The maturation of single cell transcriptomic technologies has facilitated the generation of comprehensive cellular atlases from whole embryos. A majority of this data, however, has been collected from wild type embryos without an appreciation for latent variation present in development. Here we present single cell transcriptomic data from 1812 individually resolved developing zebrafish embryos, encompassing 19 time points, 23 genetic perturbations, and totaling 3.2M cells. The high degree of replication in our study (8 or more embryos per condition) allows us to estimate the variance in cell type abundance organism-wide and to detect perturbation-dependent deviance in cell type composition relative to wild type embryos. Our approach is sensitive to rare cell types, resolving developmental trajectories and genetic dependencies in the cranial ganglia neurons, a cell population that comprises less than 1% of the embryo. Additionally, time-series profiling of individual mutants identified a group of brachyury-independent cells with strikingly similar transcriptomes to notochord sheath cells, leading to new hypotheses about the origins of the skull. We anticipate that standardized collection of high-resolution, organism-scale single cell data from large numbers of individual embryos will enable mapping the genetic dependencies of zebrafish cell types, while also addressing long-standing challenges in developmental genetics, including the cellular and transcriptional plasticity underlying phenotypic diversity across individuals.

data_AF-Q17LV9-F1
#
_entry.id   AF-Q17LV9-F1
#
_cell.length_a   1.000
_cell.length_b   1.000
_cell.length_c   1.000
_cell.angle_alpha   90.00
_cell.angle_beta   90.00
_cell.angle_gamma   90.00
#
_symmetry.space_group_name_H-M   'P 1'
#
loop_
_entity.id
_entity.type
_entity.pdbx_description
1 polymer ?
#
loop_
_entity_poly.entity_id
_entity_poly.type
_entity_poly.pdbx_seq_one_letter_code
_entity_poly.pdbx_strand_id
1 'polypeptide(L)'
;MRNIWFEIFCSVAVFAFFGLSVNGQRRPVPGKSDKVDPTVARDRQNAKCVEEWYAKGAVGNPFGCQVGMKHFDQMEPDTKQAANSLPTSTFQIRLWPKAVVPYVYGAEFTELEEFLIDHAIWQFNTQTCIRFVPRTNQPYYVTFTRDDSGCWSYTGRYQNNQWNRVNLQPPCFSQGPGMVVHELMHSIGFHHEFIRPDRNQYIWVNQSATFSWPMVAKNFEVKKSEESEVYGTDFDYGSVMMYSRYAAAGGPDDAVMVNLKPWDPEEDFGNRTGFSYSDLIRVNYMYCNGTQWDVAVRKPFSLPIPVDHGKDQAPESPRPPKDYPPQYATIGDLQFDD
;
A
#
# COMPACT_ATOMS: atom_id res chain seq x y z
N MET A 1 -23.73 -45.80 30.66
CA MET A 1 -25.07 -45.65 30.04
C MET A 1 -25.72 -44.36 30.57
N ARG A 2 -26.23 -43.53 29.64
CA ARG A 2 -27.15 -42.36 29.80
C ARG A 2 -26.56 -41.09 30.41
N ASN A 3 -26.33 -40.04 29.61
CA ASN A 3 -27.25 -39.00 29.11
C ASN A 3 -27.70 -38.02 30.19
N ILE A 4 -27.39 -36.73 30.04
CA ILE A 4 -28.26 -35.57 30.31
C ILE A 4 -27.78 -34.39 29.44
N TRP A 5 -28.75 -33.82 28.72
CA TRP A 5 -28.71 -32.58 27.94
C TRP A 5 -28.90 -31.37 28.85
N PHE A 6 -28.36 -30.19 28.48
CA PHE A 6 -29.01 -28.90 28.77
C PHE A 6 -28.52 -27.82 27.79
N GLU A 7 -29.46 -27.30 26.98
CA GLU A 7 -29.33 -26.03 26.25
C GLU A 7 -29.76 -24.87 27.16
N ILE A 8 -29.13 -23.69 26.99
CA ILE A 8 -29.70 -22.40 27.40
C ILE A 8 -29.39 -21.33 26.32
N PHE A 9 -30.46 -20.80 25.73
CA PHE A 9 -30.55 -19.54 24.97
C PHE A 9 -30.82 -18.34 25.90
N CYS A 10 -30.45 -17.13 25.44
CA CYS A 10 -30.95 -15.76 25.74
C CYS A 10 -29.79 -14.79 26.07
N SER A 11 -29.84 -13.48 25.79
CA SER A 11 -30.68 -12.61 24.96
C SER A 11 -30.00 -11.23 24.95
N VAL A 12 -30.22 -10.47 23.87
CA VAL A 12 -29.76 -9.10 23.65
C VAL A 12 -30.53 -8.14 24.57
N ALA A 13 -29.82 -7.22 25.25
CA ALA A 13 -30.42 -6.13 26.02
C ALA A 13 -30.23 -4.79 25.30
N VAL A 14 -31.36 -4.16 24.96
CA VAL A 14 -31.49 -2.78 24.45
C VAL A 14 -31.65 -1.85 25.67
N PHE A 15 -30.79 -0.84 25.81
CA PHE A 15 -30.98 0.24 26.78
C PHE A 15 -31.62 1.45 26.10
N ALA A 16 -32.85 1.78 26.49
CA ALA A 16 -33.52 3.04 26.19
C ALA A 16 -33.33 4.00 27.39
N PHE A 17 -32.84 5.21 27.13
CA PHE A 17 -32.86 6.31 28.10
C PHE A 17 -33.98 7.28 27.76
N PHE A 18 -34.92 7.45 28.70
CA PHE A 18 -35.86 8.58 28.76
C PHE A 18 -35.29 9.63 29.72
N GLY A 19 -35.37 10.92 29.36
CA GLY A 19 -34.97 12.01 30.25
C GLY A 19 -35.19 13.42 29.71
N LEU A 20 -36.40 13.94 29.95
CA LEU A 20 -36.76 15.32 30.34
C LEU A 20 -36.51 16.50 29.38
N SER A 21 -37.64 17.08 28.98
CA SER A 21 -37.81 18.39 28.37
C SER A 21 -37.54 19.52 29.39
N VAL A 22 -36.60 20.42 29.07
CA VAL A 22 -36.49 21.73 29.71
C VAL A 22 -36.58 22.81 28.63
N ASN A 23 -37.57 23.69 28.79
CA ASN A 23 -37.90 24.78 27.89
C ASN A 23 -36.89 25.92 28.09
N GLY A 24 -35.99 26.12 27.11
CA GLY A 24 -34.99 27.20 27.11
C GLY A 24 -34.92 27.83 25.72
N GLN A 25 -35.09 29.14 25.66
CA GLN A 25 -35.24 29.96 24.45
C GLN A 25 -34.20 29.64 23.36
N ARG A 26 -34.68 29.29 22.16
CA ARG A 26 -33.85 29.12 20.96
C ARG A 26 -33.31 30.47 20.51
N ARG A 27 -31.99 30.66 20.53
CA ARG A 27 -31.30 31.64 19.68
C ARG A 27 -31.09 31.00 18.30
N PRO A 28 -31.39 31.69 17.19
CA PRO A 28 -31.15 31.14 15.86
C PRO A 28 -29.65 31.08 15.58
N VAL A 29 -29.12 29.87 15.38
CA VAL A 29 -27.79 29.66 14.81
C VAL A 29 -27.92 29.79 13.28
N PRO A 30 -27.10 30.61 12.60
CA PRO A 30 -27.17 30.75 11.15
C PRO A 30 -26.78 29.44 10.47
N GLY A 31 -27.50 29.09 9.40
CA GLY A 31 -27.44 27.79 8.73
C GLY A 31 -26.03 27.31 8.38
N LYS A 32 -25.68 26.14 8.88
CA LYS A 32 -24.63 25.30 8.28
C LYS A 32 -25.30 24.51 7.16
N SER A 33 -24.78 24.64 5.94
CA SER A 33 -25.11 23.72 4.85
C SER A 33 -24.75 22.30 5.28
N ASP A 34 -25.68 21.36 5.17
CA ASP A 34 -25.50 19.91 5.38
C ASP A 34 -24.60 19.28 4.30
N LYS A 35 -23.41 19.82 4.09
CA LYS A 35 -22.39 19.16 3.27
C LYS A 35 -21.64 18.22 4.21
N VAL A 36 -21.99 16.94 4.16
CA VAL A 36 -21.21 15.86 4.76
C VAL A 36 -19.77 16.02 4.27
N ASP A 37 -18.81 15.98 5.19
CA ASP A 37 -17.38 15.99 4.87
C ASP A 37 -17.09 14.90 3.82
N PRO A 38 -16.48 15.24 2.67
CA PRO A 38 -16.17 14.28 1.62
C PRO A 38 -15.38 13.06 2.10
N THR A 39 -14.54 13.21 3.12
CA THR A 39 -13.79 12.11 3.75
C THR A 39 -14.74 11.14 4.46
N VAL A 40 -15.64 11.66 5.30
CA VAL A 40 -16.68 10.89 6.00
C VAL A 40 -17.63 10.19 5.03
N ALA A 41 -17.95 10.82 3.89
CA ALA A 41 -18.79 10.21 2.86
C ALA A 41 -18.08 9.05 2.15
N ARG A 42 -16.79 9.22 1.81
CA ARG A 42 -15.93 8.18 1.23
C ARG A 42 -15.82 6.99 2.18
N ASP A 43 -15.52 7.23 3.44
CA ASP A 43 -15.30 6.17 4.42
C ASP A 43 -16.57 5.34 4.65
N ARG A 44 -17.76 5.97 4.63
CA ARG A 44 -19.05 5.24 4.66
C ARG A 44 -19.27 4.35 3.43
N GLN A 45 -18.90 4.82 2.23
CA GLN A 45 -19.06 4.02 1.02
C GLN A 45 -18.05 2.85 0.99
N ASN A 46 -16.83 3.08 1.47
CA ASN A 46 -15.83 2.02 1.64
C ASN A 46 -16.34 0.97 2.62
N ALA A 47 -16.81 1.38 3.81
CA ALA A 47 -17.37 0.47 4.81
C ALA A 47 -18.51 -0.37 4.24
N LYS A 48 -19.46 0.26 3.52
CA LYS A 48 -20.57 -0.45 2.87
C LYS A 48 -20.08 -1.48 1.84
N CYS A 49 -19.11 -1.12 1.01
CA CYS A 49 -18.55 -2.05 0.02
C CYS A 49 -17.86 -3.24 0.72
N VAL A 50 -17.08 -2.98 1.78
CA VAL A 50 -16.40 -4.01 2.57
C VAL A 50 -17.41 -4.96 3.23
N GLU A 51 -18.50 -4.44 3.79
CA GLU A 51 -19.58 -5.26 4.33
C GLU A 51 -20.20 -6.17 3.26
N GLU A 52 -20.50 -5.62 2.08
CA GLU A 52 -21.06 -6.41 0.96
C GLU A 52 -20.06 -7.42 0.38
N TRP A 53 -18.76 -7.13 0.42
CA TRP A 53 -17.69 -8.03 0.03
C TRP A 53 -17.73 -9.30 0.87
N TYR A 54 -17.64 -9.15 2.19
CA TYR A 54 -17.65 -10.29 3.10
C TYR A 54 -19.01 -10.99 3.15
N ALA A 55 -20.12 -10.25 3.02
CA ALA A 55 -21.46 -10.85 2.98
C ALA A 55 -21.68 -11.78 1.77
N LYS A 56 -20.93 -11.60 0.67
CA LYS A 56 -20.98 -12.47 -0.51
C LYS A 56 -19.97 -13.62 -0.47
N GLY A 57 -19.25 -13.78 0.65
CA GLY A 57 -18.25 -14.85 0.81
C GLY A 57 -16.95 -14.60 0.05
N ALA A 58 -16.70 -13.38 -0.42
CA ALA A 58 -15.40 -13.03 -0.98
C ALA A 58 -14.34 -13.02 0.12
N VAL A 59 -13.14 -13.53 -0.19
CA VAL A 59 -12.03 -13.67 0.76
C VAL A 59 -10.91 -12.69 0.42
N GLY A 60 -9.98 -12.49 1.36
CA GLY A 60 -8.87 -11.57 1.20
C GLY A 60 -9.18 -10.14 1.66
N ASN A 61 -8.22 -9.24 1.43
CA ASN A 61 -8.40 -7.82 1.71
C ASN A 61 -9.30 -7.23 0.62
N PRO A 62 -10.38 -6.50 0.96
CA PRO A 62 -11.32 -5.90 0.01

* co-first authors ** corresponding authors